Recently I have been taking care of a friend’s cat while she’s staying in the hospital. I used to play with cats at my grandparent’s when I was a kid so I was overjoyed to have a cat again as an adult. When I first collected him at the vet, I literally shrieked in excitement. The first few days in the house, he was very shy and kept hiding in his safe corner. Slowly, he came out to explore all the rooms. After a week, he dominated the sofa every day with his stretched body.
Cats are weird. They like to knock things off counters for no apparent reasons and squeeze themselves into tight space. This cat was no different. He behaved unpredictably. Sometimes he followed me around and rubbed his head against me lovingly. Sometimes he hid under tables and behind curtains cautiously. Sometimes he sought attention and sometimes he was aloof. Sometimes he ran towards me and sometimes he ran away to be left alone.
On the day he was affectionate, I was visibly happy. Yet, when he acted defensively and stayed off the sofa where we usually sat together, I turned concerned. I asked my partner if he thought the cat was okay. I wondered if I had done something to scare the cat and I believed his behaviours were because of me. After attentively listening to all my worries about the cat, my partner — he’s someone who’s very secure and emotionally healthy — reminded me, “But you don’t know what he thinks.”
I was startled. I was indeed projecting my thoughts and feelings onto this little cat. I didn’t know what he was thinking. I only saw his behaviours which could be driven by a wild combination of factors; the rest was all in my head. It suddenly hit me that if this was a human and human relationship, how the cat behaved would resemble an avoidant person who pushes and pulls and I would be the anxious one who overthinks everything.
It reminded me of all the times in the past when my pre-therapy anxiety had acted out in dating situations. Instead of observing and accepting the other person for who they were, I would automatically think their behaviours were related to me in a negative way. I would obsessively recall their words and actions and constantly stress myself out trying to decode them. I would ask myself why they did what they did and grow painfully anxious when I didn’t have the reassurance I wanted from them. I would assume the worst and quietly put up with the treatment I was given because I was too busy making sense of their behaviours to draw healthy boundaries for myself.
Now, with a more emotionally secure mindset after eight months of weekly therapy, I have managed to shift my thinking away from myself — particularly from what I might be doing wrong — and towards the understanding that not everything is about me and because of me. I have learned to embrace my needs and speak out when they are not met in relationships. And when my needs are repeatedly not met in a relationship, I don’t think it’s my fault or something is wrong with me or my needs are too much; I decide that the relationship is not for me and I walk away.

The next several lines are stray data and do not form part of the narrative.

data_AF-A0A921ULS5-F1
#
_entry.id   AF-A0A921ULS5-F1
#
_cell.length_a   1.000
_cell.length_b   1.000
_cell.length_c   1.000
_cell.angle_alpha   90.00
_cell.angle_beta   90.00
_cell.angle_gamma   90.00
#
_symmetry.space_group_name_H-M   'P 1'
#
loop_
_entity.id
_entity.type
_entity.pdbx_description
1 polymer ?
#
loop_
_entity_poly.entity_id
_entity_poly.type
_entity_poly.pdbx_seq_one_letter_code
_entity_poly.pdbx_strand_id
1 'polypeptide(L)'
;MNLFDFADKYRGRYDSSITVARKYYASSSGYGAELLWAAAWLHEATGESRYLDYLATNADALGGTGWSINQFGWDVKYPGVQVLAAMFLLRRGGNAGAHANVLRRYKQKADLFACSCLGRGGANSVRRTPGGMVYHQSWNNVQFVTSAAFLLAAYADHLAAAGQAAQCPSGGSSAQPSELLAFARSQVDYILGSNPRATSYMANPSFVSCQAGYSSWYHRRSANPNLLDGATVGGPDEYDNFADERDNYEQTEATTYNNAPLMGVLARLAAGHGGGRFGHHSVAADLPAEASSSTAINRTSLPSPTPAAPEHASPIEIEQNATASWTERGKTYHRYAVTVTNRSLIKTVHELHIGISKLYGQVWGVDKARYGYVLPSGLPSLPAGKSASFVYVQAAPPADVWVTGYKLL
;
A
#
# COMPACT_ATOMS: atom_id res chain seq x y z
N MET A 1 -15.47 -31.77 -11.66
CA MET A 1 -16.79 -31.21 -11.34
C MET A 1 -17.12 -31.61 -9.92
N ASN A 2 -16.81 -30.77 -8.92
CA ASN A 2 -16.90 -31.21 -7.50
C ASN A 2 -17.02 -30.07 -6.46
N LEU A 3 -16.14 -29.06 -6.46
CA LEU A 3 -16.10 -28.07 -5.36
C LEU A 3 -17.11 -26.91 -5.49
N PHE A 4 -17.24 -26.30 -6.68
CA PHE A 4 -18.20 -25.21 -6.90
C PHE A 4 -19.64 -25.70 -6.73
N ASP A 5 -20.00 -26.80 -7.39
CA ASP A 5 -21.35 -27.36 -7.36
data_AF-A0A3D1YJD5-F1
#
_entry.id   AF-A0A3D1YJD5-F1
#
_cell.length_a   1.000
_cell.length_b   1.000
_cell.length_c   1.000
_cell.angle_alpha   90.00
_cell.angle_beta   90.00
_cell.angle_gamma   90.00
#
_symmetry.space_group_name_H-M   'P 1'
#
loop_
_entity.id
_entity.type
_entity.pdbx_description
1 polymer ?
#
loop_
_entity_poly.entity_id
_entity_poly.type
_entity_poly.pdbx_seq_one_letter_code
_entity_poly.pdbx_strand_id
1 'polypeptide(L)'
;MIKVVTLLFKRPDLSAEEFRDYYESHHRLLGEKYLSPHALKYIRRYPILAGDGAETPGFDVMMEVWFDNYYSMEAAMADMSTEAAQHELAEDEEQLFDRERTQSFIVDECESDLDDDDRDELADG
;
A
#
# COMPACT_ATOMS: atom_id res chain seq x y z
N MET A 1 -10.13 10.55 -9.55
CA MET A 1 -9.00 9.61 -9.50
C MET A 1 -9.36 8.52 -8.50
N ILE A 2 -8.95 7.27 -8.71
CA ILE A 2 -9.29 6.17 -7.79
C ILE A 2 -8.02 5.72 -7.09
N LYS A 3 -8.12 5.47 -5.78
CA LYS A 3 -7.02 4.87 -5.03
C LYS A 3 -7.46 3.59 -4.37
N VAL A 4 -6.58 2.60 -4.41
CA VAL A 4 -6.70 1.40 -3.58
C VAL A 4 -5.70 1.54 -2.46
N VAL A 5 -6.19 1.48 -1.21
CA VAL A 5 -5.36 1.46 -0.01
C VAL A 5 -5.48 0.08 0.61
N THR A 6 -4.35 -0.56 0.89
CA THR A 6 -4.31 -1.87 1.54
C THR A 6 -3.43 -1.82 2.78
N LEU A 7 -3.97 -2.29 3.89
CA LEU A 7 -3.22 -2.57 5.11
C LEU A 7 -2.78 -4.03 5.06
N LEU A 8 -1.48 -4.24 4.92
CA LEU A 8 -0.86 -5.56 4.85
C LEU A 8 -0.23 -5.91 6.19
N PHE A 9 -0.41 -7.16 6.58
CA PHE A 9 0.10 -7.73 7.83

In the case with the cat, there’s literally no way for me to know what he thinks, so there’s no point in guessing and worrying about him besides anything related to his essential needs as a cat. Though, in human relationships, you can’t read the minds of other people either. You can only observe them and ask them questions. They can be a great mystery that you’re overly eager to solve. Especially when they act in a way that is hurtful or disrespectful to you, you want to know why. You want to know if their behaviours are about you. You want to be able to empathise with the reasons behind their behaviours because you believe it’s the right thing to do and, frankly, empathy would help justify the pain they cause you. But this isn’t what you should be focusing on.
What you should be focusing on is what you need and want from a relationship and whether these needs and wants are satisfied. When a relationship makes you unhappy in any capacity, you should re-evaluate the relationship and decide whether it is acceptable to you instead of over-analysing the past, assigning blame, or questioning your self-worth. Inevitably, when someone hurts or disrespects you, if you’re insecure, your first instinct might be to think you deserve it or stretch your boundaries to normalise their behaviours towards you because you’re scared of losing them. But you should avoid directing your thinking inwards and second-guessing yourself. You should look at facts and consider your well-being first. Because losing yourself is infinitely worse than losing someone who hurts you.
Now if you think that you have to understand people’s behaviours in order to weave a story about what happened between you and them for closure, I have good news for you: The story is never about why they did what they did. The story is about you — whether your needs are met and what you do to move on and get what you want in life. You can leave those people out completely. You don’t have to understand or empathise with someone who hurts you. You’re allowed to want nothing to do with them and cut them out of your life for good. It doesn’t make you a bad person. It doesn’t stop you from healing.
After all, the only person you know for sure is yourself. The only person you have control over is yourself. That’s why self-awareness is incredibly important. Instead of wasting time decoding people who don’t have good intentions with you, you should focus on understanding yourself. Instead of wondering why someone treats you badly, you should be asking yourself why you keep choosing people who can’t give you what you need. These insights will help you pick better partners and move forward in life with maturity and confidence.